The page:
New currency rules for Sudan export revenues
The periodic meeting for adjustment of the Sudanese exchange rate approved opening investment in uranium after consulting with the security authorities. The government has also announced new measures to curb currency speculation.
This has been announced following a meeting under the chairmanship of President Omar Al Bashir at the Republican Palace in Khartoum.
Penalties for delaying deposit of export revenues:
Minister of Trade Hatim El Sir said the meeting recommended stimulating the authorities that control the smuggling of minerals and foreign exchange, as well as amendments to the Trade Act.
The most important of these amendments – aimed to discourage currency speculation – is the criminalisation of delaying the deposit of export revenues of the Sudanese goods with the most severe penalties.
The director of the Bank of Sudan, Hazim Abdelgadir said that the meeting has approved amendments to the foreign exchange act and the tightening of penalties on the smuggling of cash and gold, this together with the establishment of a special mechanism for the flow of medicine
He said that in the coming period the Bank of Sudan will focus on the provision of local liquidity to the commercial banks and ATMs.
A number of customers in Khartoum and El Gezira have complained of their inability to draw their money from ATMs due to lack of cash.
Sudan has been short of hard currency for years. After Dollar rates on Sudan’s parallel forex market began to rise rapidly in 2010, the Central Bank of Sudan announced that the lack of hard currency, required for the importation of basic commodities such as wheat or medicines was becoming acute. The secession of South Sudan in July 2011, with which Khartoum lost two-thirds of its oil revenues, exacerbated the crisis.
As the situation continued to push the black market rate of the US Dollar upwards in 2016, Khartoum decided in October that year on an economic reform programme, which according to President Omar Al Bashir was needed “to avoid the collapse of the country”.
The measures proposed to curb the fast rise of the US Dollar included the import of certain types of consumer goods, “in order to reduce the importation bill”.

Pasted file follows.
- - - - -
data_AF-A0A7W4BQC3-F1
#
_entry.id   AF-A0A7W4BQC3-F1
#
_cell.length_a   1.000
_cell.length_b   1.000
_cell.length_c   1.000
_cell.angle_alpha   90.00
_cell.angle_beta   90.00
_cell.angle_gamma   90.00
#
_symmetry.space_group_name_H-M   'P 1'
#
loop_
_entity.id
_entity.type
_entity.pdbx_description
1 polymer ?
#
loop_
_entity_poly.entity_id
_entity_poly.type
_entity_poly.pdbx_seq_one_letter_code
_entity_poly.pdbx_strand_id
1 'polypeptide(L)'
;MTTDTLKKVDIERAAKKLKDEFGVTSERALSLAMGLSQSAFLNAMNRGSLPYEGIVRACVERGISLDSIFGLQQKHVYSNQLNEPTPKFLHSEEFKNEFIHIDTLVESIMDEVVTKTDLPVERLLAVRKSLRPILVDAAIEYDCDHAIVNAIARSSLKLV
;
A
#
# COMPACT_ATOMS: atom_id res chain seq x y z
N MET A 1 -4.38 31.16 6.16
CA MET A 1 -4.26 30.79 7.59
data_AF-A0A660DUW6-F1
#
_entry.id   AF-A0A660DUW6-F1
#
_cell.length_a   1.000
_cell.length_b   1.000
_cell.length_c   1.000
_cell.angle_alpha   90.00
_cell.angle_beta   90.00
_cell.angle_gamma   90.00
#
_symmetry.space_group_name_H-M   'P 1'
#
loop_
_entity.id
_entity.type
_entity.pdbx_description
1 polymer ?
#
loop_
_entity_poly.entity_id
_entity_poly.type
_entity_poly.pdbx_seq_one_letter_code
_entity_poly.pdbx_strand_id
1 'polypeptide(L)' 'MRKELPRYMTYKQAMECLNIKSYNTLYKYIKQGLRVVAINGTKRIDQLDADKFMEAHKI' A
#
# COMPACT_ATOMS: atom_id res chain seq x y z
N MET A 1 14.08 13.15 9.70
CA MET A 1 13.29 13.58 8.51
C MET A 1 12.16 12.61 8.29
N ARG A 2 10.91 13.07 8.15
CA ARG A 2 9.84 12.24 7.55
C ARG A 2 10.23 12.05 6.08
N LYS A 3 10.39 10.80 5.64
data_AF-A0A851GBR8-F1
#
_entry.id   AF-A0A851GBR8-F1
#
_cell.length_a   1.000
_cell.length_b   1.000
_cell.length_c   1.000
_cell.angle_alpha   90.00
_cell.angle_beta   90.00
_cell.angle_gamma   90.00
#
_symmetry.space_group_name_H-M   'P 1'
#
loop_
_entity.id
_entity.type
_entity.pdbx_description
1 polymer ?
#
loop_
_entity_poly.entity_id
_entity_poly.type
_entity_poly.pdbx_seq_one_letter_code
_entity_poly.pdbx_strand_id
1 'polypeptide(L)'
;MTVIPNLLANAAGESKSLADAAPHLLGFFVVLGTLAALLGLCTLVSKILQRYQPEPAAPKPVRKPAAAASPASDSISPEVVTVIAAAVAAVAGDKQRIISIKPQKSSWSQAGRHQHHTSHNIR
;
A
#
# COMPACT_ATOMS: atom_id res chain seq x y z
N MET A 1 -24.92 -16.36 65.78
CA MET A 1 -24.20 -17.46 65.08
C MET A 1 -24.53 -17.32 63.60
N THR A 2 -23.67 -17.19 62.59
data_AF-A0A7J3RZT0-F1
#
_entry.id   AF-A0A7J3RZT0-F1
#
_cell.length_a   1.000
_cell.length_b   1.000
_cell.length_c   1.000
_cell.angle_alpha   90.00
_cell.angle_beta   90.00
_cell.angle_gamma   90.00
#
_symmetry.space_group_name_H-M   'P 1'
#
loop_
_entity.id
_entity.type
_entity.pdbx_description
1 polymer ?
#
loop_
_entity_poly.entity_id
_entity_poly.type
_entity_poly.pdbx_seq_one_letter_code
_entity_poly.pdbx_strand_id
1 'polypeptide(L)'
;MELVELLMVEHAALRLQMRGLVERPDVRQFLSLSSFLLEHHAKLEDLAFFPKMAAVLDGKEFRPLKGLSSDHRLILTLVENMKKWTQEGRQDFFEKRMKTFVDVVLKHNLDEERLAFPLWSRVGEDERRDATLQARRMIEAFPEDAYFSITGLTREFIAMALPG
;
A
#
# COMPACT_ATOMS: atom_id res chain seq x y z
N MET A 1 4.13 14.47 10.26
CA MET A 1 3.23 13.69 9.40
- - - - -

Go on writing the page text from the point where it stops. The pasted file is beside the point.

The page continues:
In December last year, the Sudanese government decided to implement a new austerity policy in a bid to solve the financial crisis in the country. The customs rate of the US Dollar was raised from SDG 6.7 to an indicative SDG 18, to halt the plummeting Pound on the black market.
The measures were implemented in the first week of January, leading to the doubling, and in some cases tripling of basic commodities. The sudden raising of the Dollar rate also led to the halting of incoming and outgoing traffic at the Port Sudan harbour, as suppliers refused to have their goods cleared.
The Dollar rate however, continued to rise. The price of gold witnessed a major leap as well. On February 5, Khartoum increased the indicative exchange rate of the US Dollar again, from SDG 18 to SDG 30. The prices of wheat and as well of sorghum jumped.
On February 7, the Central Bank banned any import operations by banks using their own foreign currency without obtaining its prior approval.
On Thursday, the Dollar rate at the black market recorded SDG 32, after it sold for a high SDG 42 in early February.
The National Chamber of Importers in Sudan plans to submit a protest memorandum to the Governor of the Central Bank about the bank’s policies concerning import procedures.
On Thursday, members of the Executive Office of the Chamber -which is a part of the Sudanese Federation of Chambers of Commerce- said in a press statement that the bank’s current policies are damaging imports and importers.
They also criticised the ban on a number of goods by the Ministry of Commerce.
They said that the memorandum will also contain proposals to eliminate the injurious effects of its recent decisions on imports and businesses in the country.
* Based on the official US Dollar rate quoted by the Central Bank of Sudan (CBoS)
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